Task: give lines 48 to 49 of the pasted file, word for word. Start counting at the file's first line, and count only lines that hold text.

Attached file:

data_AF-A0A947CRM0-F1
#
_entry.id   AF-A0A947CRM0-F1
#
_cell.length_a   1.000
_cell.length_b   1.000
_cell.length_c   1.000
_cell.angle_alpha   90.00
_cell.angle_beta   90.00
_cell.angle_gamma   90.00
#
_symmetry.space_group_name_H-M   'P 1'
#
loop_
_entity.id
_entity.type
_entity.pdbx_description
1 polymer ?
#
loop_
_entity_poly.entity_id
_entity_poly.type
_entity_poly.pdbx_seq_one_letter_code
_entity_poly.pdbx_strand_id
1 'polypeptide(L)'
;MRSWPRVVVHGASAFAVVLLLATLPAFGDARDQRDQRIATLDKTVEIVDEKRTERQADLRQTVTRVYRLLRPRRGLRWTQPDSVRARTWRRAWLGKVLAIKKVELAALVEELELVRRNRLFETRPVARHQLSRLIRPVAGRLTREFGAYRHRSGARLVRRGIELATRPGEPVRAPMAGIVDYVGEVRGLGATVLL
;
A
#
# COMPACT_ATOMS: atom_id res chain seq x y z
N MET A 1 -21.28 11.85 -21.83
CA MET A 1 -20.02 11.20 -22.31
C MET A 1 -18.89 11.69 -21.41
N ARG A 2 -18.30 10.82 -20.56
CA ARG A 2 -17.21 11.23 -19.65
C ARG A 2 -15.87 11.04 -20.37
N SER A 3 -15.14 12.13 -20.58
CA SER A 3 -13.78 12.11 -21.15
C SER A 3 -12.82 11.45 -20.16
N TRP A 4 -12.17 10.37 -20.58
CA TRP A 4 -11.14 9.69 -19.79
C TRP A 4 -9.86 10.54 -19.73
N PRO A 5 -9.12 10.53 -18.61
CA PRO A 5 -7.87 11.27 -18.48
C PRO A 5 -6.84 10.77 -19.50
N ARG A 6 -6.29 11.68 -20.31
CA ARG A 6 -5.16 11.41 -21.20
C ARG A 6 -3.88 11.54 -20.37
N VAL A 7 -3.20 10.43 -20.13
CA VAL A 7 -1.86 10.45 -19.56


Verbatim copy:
C ARG A 6 -3.88 11.54 -20.37
N VAL A 7 -3.20 10.43 -20.13